Refinancing underwater mortgages may get easier

Last fall the president instituted a plan to allow people whose mortgages are insured or owned by Fannie Mae or Freddie Mac to refinance at new, lower rates even when their mortgage exceeds the value of their house (To find out if your mortgage qualifies try these two sites: Loan Lookup at Fannie Mae and My Mortgage at Freddie Mac ).

The program is described briefly here in our post Underwater Mortgage Refinance: New Rules and if your mortgage is on the Fannie or Freddie list you should look into the process now.

If your mortgage is not with Fannie or Freddie the new program (if passed as proposed) would let you refinance, as long as you are current with your loan. It is estimated that 3.5 million homes would qualify and that they would save an average of $3,000. The catch is that unlike the first program, this one has to pass Congress, and the Republicans don’t like it. If you would like to see this happen, let your Congressional Rep know.

The requirements are more than they are under the Fannie and Freddie programs.

— Eligibility requires that you be current on your mortgage payments for the last six months and that you have missed no more than one payment in the previous six months.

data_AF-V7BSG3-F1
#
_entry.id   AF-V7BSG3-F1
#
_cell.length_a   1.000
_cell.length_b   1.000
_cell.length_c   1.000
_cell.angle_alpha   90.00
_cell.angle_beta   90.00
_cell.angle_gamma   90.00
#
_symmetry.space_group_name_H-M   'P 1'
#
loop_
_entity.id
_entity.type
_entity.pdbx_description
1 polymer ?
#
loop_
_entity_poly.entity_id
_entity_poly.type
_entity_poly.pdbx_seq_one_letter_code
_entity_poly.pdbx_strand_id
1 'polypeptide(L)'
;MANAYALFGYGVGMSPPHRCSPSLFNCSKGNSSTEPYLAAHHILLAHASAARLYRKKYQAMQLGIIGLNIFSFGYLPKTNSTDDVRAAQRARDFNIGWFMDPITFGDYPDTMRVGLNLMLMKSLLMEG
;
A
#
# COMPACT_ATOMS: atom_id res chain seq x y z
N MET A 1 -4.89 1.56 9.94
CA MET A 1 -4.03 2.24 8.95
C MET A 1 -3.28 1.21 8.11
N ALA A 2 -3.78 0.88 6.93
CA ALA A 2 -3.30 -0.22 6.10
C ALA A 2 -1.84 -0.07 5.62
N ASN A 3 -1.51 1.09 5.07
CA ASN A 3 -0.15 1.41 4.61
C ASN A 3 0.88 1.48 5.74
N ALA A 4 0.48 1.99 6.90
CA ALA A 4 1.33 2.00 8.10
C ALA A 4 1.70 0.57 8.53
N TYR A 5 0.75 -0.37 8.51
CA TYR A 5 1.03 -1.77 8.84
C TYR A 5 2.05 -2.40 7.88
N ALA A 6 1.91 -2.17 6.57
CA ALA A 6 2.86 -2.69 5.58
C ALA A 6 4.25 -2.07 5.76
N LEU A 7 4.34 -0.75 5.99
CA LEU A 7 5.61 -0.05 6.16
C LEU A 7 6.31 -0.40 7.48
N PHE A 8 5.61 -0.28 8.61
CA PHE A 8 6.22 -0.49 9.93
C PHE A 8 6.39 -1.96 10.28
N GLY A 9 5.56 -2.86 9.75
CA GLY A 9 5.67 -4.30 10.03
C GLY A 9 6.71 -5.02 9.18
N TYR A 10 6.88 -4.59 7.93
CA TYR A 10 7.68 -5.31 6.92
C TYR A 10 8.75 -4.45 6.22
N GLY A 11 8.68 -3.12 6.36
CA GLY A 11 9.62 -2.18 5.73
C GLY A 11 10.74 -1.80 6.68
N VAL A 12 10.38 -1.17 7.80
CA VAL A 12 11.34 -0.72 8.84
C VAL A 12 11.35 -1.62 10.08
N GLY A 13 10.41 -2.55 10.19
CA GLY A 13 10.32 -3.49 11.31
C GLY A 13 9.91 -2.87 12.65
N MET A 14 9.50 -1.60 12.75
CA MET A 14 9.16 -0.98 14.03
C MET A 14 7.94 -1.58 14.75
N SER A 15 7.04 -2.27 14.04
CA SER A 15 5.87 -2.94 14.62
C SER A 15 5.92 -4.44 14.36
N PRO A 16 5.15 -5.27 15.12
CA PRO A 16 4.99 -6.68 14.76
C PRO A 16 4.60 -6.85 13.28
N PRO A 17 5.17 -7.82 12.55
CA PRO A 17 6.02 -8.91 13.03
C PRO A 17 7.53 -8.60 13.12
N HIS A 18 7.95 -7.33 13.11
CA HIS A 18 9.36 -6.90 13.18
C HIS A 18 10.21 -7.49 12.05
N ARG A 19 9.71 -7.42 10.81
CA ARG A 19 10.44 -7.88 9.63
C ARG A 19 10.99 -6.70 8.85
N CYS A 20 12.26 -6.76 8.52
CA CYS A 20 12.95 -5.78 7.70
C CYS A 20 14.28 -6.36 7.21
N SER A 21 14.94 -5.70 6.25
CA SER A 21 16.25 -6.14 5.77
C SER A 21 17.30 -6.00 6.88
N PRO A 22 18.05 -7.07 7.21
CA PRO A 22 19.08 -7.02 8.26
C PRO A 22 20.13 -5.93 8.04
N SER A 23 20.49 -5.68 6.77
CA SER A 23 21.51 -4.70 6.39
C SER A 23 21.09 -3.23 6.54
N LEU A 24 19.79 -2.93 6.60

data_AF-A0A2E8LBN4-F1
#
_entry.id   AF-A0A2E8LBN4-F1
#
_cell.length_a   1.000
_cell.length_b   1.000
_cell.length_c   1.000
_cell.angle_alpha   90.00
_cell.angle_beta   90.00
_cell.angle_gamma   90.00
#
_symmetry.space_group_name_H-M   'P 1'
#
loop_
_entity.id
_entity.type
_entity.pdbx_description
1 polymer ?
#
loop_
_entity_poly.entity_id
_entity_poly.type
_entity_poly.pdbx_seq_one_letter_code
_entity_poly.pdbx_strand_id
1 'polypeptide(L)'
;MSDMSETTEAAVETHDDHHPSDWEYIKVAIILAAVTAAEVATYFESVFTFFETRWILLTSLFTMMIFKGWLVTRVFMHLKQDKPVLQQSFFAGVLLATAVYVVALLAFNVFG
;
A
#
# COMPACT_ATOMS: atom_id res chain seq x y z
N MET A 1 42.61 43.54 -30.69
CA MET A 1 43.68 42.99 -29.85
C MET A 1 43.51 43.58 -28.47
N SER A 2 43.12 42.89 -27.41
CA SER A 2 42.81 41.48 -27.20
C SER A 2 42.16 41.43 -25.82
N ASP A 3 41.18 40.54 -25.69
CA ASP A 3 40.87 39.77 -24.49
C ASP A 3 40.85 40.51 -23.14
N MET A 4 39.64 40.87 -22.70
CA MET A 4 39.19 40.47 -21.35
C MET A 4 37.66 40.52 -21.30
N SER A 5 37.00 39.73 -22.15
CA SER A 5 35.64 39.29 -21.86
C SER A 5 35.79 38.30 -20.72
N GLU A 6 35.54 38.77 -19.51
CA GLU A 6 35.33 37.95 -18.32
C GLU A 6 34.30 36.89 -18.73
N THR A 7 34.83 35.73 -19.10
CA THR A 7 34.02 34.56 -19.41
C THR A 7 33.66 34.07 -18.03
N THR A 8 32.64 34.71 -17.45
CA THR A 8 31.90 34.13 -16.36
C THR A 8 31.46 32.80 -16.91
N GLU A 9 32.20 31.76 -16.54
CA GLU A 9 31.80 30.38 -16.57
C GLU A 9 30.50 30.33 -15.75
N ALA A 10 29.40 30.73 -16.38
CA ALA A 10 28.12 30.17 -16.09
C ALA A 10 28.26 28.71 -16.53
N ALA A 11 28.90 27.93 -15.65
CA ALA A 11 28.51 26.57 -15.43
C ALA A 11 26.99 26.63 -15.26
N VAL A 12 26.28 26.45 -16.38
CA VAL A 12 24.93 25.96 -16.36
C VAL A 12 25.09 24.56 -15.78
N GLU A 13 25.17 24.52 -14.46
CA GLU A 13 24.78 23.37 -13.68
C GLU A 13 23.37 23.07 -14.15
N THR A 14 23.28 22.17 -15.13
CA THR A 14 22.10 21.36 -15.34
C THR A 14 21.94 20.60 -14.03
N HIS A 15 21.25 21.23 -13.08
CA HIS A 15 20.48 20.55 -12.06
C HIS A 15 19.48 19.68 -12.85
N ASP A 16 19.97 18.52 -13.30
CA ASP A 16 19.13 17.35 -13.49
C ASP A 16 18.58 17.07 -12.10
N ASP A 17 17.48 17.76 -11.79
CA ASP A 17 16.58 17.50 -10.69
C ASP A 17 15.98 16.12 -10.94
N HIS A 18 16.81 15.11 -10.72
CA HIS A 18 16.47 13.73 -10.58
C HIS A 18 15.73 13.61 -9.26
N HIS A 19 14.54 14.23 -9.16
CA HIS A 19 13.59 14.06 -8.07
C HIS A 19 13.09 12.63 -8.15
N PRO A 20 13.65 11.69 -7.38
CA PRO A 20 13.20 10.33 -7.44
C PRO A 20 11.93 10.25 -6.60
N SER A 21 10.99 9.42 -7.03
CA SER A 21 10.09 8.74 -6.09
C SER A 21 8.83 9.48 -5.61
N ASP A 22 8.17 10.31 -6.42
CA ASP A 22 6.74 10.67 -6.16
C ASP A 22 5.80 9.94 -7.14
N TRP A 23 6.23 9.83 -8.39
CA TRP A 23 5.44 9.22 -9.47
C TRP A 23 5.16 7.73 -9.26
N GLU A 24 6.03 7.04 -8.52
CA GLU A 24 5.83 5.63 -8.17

— You need a credit score of at least 580.

— You cannot be more than 40% underwater on your loan, owing, say, $210,000 on a home now worth only $150,000.

Lenders who go along would get a mortgage that is insured by the FHA, so they cannot lose money if you decide to walk in the future. Claims under this feature would be paid with a small tax on banks.

Also, the loan process would be streamlined under the proposal. Banks would need only to confirm that homeowners have a job. (Unemployed homeowners also would be eligible for the refinancing plan, but would be required to provide more detailed financial information.) Borrowers would not need to submit tax returns or get a new appraisal of the property.

The program would be open only to mortgages below the FHA’s conforming loan limits, which are $271,050 in low-cost areas and as much as $729,750 in Southern California and other high-priced markets.

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